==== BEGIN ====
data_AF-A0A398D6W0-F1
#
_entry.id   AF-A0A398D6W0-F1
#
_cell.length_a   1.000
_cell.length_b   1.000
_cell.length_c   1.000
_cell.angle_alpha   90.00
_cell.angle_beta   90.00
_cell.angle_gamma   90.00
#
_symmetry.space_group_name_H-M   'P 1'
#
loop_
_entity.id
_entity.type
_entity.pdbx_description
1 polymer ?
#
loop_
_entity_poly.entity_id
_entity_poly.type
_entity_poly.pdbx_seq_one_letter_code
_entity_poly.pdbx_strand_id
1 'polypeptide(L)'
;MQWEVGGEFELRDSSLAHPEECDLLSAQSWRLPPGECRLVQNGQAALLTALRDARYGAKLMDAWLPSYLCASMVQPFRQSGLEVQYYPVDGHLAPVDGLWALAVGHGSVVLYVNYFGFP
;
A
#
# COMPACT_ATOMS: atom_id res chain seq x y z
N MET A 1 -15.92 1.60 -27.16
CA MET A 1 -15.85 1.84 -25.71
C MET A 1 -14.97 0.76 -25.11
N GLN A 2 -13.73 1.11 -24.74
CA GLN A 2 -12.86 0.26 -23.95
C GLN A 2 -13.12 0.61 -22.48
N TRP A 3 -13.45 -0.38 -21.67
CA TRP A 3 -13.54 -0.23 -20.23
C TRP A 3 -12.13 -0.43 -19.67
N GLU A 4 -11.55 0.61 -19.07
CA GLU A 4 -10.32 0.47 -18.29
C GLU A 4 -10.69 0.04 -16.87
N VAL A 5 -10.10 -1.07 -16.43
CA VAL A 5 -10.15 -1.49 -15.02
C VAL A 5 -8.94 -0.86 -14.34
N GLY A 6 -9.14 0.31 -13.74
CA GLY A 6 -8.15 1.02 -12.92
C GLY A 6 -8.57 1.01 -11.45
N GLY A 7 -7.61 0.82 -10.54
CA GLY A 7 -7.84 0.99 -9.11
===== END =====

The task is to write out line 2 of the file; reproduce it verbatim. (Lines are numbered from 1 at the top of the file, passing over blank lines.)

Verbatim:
#